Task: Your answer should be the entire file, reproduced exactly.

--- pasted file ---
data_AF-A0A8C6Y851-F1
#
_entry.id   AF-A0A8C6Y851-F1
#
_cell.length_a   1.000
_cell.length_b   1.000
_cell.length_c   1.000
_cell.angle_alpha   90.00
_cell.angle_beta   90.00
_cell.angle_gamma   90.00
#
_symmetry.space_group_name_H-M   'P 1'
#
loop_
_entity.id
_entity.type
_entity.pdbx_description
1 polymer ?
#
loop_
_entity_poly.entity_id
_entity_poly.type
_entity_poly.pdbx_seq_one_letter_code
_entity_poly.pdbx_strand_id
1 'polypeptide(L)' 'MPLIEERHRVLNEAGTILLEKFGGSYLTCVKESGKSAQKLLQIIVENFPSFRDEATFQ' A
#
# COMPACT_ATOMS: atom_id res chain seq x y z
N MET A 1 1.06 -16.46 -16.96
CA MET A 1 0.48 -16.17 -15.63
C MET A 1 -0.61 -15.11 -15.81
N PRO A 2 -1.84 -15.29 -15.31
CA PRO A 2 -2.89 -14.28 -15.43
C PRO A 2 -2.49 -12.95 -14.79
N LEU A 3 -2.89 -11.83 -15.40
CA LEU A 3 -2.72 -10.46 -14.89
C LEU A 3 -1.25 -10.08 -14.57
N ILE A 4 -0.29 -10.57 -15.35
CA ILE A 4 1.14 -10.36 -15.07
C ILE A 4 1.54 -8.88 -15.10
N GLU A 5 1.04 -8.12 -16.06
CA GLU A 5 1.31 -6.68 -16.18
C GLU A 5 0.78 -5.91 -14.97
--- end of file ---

data_AF-A0A8C6Y851-F1
#
_entry.id   AF-A0A8C6Y851-F1
#
_cell.length_a   1.000
_cell.length_b   1.000
_cell.length_c   1.000
_cell.angle_alpha   90.00
_cell.angle_beta   90.00
_cell.angle_gamma   90.00
#
_symmetry.space_group_name_H-M   'P 1'
#
loop_
_entity.id
_entity.type
_entity.pdbx_description
1 polymer ?
#
loop_
_entity_poly.entity_id
_entity_poly.type
_entity_poly.pdbx_seq_one_letter_code
_entity_poly.pdbx_strand_id
1 'polypeptide(L)' 'MPLIEERHRVLNEAGTILLEKFGGSYLTCVKESGKSAQKLLQIIVENFPSFRDEATFQ' A
#
# COMPACT_ATOMS: atom_id res chain seq x y z
N MET A 1 1.06 -16.46 -16.96
CA MET A 1 0.48 -16.17 -15.63
C MET A 1 -0.61 -15.11 -15.81
N PRO A 2 -1.84 -15.29 -15.31
CA PRO A 2 -2.89 -14.28 -15.43
C PRO A 2 -2.49 -12.95 -14.79
N LEU A 3 -2.89 -11.83 -15.40
CA LEU A 3 -2.72 -10.46 -14.89
C LEU A 3 -1.25 -10.08 -14.57
N ILE A 4 -0.29 -10.57 -15.35
CA ILE A 4 1.14 -10.36 -15.07
C ILE A 4 1.54 -8.88 -15.10
N GLU A 5 1.04 -8.12 -16.06
CA GLU A 5 1.31 -6.68 -16.18
C GLU A 5 0.78 -5.91 -14.97